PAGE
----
Amazon could be about to make more than a billion US dollars in 30 hours — here’s how it works

Amazon Jeff Bezos
Amazon CEO Jeff Bezos David Ryder/Getty Images

NEW YORK CITY — Amazon’s annual Prime Day is turning into one of the biggest shopping events of the US shopping calendar — but the long term benefit to the Amazon “ecosystem” is greater than any single day sales spike.

Prime Day, which takes place July 11 in the US, allows Amazon to gauge customer demand, test facilities and logistics for the holiday season, and it incentivises third party sellers to join the Prime platform. It also drives up Prime membership, according to analysts at JP Morgan.

All of this puts Amazon ahead of competitors in its preparation for the US holiday season.

“Amazon did not disclose the number of Prime Day sub trials last year, but in 2015 hundreds of thousands of new members trialed the service on Prime Day, more than any day in history,” write the JP Morgan analysts. “Many of these new members will convert to paying subs, and Amazon captures them well before the holidays.”

With customer loyalty acting as a secret weapon for Amazon, signing up new Prime subscribers is a key strategy for the internet giant.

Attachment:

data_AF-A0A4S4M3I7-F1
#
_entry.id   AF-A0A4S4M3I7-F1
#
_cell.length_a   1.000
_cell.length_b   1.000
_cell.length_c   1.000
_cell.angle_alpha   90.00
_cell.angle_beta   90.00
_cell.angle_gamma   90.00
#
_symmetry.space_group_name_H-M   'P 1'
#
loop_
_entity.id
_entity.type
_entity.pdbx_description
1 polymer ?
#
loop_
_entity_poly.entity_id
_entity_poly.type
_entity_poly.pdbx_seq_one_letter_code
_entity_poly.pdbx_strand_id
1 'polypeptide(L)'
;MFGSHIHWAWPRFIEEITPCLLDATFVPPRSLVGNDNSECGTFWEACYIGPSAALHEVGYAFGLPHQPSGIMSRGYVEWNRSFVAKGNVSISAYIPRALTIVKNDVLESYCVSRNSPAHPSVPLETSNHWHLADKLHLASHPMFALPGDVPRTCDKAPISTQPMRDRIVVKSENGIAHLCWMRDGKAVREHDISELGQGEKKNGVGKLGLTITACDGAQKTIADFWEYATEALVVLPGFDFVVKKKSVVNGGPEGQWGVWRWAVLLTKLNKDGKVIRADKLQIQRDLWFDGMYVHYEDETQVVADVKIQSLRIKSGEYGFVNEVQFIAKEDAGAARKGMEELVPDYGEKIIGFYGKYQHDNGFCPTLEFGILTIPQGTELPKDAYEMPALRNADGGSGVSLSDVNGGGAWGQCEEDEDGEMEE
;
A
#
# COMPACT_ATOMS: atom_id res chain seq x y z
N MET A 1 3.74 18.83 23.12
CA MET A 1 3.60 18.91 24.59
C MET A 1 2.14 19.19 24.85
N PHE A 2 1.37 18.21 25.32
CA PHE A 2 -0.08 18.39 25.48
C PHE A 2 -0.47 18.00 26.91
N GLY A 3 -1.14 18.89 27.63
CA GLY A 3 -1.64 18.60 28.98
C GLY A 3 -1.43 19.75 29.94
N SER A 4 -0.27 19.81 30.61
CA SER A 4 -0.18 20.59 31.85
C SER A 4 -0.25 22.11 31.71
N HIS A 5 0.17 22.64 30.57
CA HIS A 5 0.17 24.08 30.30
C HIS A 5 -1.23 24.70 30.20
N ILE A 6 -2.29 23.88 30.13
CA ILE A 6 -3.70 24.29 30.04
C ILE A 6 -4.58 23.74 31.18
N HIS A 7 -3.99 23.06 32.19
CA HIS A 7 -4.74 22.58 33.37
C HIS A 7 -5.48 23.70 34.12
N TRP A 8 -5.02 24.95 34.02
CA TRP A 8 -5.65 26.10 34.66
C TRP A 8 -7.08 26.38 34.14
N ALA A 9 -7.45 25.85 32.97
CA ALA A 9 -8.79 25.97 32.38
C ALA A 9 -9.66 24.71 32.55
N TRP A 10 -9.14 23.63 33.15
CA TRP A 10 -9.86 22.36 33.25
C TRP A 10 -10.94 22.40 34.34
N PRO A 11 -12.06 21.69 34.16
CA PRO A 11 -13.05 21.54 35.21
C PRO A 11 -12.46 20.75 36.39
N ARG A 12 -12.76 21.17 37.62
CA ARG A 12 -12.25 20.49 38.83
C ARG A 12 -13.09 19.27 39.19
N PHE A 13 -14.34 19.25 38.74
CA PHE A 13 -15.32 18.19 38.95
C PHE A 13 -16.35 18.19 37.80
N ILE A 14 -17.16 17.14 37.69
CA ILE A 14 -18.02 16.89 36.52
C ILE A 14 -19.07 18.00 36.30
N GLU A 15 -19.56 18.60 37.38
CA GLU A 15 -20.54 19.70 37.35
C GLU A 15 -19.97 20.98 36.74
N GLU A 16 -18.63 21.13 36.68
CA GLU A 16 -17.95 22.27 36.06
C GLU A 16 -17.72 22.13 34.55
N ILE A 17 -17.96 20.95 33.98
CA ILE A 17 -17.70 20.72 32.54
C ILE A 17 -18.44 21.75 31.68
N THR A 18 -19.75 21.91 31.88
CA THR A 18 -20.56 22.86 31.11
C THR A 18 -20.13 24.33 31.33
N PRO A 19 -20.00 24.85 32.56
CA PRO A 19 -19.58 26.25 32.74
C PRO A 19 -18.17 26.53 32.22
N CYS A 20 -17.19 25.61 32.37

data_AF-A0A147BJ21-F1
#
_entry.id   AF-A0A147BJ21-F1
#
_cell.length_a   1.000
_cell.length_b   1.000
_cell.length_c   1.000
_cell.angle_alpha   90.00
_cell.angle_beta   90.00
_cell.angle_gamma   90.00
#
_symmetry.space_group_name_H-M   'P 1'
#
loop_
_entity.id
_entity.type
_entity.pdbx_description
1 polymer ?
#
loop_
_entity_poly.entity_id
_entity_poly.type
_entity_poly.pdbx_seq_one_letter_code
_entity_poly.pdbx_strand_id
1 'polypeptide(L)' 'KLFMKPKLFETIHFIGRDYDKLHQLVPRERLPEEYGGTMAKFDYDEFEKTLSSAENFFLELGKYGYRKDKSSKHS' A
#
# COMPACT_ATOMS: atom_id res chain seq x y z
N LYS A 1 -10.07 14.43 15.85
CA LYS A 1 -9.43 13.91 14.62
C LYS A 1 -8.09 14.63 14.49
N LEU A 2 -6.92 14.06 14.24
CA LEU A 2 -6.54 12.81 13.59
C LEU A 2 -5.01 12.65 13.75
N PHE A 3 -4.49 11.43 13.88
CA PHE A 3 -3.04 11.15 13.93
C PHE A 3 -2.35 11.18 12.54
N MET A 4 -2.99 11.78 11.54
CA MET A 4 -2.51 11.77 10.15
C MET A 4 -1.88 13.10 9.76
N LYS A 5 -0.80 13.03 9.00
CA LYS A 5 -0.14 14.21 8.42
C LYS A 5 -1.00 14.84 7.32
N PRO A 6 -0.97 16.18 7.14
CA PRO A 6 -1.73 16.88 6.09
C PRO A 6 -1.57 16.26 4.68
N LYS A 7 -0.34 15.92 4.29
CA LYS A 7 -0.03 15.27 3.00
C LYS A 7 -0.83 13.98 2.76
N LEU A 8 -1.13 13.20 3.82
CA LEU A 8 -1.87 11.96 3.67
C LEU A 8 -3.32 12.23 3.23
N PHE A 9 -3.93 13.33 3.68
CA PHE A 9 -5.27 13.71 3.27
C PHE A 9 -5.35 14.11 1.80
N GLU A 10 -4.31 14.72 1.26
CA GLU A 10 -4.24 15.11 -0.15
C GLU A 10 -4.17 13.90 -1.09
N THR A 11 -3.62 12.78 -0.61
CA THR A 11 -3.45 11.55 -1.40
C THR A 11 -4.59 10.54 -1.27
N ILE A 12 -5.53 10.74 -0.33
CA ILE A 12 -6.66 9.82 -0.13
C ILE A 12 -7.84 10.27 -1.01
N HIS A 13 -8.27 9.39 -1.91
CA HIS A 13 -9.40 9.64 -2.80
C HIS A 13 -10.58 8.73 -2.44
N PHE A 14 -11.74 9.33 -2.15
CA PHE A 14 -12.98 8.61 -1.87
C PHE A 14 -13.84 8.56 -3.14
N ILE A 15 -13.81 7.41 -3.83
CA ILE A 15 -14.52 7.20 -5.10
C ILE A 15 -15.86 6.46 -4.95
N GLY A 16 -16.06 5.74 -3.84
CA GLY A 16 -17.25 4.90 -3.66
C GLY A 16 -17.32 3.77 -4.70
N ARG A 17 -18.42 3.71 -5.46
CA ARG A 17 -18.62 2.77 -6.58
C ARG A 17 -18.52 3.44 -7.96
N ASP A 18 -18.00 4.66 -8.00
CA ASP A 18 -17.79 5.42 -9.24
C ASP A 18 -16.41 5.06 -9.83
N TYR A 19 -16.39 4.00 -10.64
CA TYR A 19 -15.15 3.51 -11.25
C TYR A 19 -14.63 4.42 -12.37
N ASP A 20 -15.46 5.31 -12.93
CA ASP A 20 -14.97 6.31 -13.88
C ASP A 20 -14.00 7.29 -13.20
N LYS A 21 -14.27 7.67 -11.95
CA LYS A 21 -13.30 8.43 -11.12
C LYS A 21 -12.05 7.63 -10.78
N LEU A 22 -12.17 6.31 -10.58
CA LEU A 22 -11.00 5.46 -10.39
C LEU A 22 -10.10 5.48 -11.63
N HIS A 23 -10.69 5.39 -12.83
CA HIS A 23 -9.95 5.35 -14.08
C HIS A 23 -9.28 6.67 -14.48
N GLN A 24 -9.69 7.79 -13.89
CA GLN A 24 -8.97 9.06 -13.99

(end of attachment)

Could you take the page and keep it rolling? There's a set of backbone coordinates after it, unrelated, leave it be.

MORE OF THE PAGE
Amazon is also working to increase the impact of its flagship sales event by extending the promotion from 24 to 30 hours.

JP Morgan analysts estimate that the upcoming Prime Day could net Amazon $US1 billion in revenue, which would represent a 55% increase over last year’s Prime Day. With the inclusion of China, India, and Mexico this year, the JP Morgan analysts feel that mark is within reach.

“We estimate Prime has more than 70 million global subs, including 35-40million+ in the US,” write the JP Morgan analysts, “with plenty of runway for continued growth.”

Amazon is currently expanding its operations in Australia and has promised a retail product in the near future. It’s unclear when it might be able to offer the Prime service here, however.